Marty Graham 5:30 p.m., Feb. 5
Taking salt and pepper off The Counter
Fried avocado and olive spread are fun, but salt and pepper are burger essentials
I just have to ask: what’s the deal with burgers these days? In a day and age where the “gourmet” burger is clearly here to stay and any topping one can imagine seems to be making its way onto patties of beef, buffalo, elk, ostrich, turkey, chicken, bacon, veggie, or otherwise, how is it that so many of them fall short? Has the ambition to craft more out-there versions of the American standard taken focus from the basics of cookery and good sense where marrying the flavors of ingredients is concerned?
At this point, you’re probably wondering what’s fueling a post that’s fast devolving into a rant. Let me both gather and explain myself. If you read yesterday’s post, you’ll remember I was pretty agitated about subpar burgers (and more) had at UTC’s new Eureka! Burgers and Craft Beer. But even before I stepped foot in that unimpressive eatery, I had begun to lose faith in contemporary burgers after dining earlier in the week at The Counter’s recently installed Gaslamp Quarter burger bar (695 Sixth Avenue, Downtown).
I took up an invitation to come check out their bison burger and brought some fellow carnivores along to lend their opinions. As suggested, I tried their rotating Market Select offering, which this time around was a bison patty topped with fried artichokes, red onions, roasted red peppers, smoked Gouda, and sprouts served on a ciabatta bun sporting olive tapenade. Just reading this combination had me scratching my head. Clearly, they’re going for something Mediterranean, but even with that as a central theme, the ingredients didn’t sound very promising. While I can appreciate them, I’m not a big fan of artichokes or olives, so I subbed in some fried avocado, a premium topping that costs an extra buck to indulge in.
When the burger arrived, it was served open so I could see the toppings. This move seemed ill-advised given the scarcity of the red peppers. Still, that ingredient, as well as the fried avocado (worth the George Washington) and Gouda, tasted good. What didn’t were the sprouts. Sprouts on a burger—what are they thinking? I mean, really. Does something grassy have a place in the burger world? If you ask me, absolutely not. I was willing to entertain their theory to the contrary, but the sprouts made it taste like washing down mouthfuls of meat and cheese with a shot of wheatgrass.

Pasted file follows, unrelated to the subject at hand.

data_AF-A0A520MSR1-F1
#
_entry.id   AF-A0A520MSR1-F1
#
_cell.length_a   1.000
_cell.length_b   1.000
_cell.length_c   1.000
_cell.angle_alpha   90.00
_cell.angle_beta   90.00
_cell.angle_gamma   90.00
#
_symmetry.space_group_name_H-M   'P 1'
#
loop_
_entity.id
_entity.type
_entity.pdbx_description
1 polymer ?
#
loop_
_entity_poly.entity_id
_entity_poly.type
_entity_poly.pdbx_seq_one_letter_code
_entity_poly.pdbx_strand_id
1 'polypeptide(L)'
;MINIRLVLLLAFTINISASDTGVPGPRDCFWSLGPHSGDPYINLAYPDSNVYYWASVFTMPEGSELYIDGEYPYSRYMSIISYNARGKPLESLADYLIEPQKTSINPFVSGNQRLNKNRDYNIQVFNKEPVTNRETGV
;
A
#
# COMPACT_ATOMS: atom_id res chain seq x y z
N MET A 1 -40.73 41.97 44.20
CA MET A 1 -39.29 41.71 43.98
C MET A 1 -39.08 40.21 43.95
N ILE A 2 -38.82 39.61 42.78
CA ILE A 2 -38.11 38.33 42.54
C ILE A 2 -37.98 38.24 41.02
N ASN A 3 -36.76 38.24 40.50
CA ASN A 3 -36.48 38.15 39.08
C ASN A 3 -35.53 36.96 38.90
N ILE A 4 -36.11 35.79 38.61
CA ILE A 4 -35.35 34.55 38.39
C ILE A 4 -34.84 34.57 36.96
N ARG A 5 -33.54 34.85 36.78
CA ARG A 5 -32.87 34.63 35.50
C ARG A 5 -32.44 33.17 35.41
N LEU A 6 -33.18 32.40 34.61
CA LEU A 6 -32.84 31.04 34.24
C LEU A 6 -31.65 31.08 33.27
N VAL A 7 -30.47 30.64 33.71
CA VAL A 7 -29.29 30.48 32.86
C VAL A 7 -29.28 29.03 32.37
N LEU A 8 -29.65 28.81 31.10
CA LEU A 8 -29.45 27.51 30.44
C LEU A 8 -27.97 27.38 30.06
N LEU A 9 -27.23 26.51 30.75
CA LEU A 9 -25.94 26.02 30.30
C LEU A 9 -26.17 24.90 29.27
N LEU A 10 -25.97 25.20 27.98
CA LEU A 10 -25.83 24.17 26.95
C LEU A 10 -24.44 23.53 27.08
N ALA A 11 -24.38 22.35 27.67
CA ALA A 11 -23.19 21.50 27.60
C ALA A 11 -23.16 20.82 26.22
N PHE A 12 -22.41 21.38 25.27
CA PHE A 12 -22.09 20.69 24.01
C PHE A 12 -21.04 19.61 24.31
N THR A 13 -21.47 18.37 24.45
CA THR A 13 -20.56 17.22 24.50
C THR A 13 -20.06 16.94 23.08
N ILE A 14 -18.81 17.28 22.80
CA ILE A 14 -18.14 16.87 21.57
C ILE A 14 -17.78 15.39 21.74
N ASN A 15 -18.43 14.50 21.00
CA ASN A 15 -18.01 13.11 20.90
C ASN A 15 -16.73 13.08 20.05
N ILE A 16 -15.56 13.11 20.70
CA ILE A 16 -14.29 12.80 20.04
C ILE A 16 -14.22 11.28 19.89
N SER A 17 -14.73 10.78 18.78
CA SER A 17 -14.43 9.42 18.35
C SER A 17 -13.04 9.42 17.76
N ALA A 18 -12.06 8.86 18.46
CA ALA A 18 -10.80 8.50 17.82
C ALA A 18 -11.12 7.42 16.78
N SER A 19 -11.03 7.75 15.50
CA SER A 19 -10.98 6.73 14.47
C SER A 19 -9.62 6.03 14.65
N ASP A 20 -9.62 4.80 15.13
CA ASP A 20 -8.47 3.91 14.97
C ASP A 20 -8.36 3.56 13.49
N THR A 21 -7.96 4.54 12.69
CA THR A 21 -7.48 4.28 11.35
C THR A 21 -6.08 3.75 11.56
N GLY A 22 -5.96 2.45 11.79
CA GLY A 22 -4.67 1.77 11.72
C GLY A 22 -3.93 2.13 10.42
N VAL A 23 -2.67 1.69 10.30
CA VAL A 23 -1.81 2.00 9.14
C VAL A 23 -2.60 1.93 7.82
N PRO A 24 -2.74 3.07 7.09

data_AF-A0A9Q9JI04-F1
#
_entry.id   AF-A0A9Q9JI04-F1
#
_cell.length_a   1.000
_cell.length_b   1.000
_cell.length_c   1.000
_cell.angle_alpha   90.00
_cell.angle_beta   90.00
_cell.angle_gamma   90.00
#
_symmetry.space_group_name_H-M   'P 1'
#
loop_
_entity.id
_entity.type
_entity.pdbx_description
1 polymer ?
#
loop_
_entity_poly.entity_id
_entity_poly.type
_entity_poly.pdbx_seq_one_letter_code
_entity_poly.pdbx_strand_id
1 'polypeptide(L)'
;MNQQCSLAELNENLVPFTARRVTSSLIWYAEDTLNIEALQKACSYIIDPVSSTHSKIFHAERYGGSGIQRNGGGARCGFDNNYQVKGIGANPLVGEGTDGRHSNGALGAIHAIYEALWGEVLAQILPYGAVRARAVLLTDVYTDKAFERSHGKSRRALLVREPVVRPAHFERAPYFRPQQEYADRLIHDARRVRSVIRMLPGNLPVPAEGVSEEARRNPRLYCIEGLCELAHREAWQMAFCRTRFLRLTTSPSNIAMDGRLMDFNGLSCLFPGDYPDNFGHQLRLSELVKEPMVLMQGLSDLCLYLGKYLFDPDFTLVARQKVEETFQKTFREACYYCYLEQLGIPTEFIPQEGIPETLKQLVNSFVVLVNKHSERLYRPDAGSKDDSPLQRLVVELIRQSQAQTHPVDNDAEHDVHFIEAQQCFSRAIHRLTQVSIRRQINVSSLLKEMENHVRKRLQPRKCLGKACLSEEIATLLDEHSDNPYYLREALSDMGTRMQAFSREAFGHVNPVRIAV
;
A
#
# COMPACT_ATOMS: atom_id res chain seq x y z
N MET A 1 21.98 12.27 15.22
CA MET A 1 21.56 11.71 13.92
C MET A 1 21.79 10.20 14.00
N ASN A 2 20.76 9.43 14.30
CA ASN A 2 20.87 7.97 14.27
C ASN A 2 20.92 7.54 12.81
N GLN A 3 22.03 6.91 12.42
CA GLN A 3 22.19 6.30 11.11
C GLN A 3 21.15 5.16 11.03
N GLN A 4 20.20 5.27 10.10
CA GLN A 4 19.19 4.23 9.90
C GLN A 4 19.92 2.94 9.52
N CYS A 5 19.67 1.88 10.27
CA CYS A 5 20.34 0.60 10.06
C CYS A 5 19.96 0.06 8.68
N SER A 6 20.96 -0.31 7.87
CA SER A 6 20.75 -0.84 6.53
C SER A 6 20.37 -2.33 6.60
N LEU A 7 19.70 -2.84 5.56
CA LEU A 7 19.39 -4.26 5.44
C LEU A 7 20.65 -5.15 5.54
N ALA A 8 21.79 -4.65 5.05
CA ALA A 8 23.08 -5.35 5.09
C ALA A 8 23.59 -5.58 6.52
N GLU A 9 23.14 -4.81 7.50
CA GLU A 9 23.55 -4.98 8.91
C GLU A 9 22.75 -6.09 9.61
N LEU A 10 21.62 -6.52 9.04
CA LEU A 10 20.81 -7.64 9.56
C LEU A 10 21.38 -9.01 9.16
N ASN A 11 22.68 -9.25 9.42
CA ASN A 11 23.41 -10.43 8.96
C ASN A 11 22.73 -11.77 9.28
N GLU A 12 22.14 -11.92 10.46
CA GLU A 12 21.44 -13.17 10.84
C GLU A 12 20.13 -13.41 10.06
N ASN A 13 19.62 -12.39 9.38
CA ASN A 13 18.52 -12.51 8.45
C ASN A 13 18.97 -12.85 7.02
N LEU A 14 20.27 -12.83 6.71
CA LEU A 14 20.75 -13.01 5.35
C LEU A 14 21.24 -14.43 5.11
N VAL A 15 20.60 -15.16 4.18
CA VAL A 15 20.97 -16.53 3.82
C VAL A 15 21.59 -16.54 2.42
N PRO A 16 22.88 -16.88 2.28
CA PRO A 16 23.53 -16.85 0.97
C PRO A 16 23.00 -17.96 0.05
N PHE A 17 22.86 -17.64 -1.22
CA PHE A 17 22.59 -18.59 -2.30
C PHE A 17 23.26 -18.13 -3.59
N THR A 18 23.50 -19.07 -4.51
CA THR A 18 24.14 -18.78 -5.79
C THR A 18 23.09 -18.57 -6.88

As for the burger, that was the biggest disappointment. Not because it wasn’t large—it was quite sizable. Not because it wasn’t quality meat—the bison was organic. It was because it was the most under-seasoned burger I’ve ever put in my mouth. I can count on no hands the number of times I’ve had to reach for a salt shaker when eating a hamburger until coming to The Counter. Even after several shakes, it was impossible to coax any flavor out of the bison. Only the strong flavor of the Gouda and those damn sprouts came through. My dining companion who ordered a more traditional style of bison burger enjoyed his toppings, condiments and especially a nicely browned pretzel bun, but had the same gripe—virtually no seasoning.
If burgers are a restaurant’s thing, than they should be delivering some seriously righteous burgers. Especially, if they’re going to charge big bucks for one (by burger standards, at least). The Market Select comes in at a hefty price tag...and that’s without accoutrements. For the focal ingredient in the sandwich to be devoid of salt and pepper and bland as all get out is completely unacceptable at that, or even at a lesser price. But, I digress as I’m getting into that dangerous rant territory again. Let’s talk about the good things The Counter has to offer, because there definitely are some.
First off, the service was impeccable and delivered by some of the nicest staffers I’ve come across in the downtown area in some time. They were patient, attentive, and outwardly hospitable with everyone that sat down during the hour I spent at The Counter. The place itself is clean and contemporary without being cold. And having a full bar serving cocktails, craft beer, and adult milkshakes is certainly a plus.
If you’re into shoestring French fries, having a shareable serving topped with plenty of Tillamook cheddar cheese is enjoyable, as are thick-cut pickle medallions fried up and served with a cup of sweet glaze-esque sauce. That condiment isn’t nearly good as the ranch dressing that usually accompanies bottle-caps, but perhaps I’m just a purist. Also, the portions are good and plenty, something that must always be considered when one’s talking burger joints. Particularly impressive was the plumpness of a chicken breast in a burger bowl ordered by my other companion.
Maybe I caught them on a bad night, but it’s my feeling that a burger restaurant should never have a night so bad that the basics—salt and pepper—are mismanaged or forgotten altogether. There’s no sense in procuring top-shelf proteins if they aren’t going to be prepared correctly. Less goofy premium toppings and more attention to the cornerstones of carnivore culinary technique, please.
More like this:
- High concept sandwich shop aims for the sweet spot — Dec. 21, 2013
- Burgers, brew, and bourbon — Nov. 25, 2012
- Stone Age Eating — Aug. 10, 2012
- Getting Burgered: Boomerangs Gourmet Burger Joint — Dec. 15, 2011
- Bases Loaded — June 8, 2006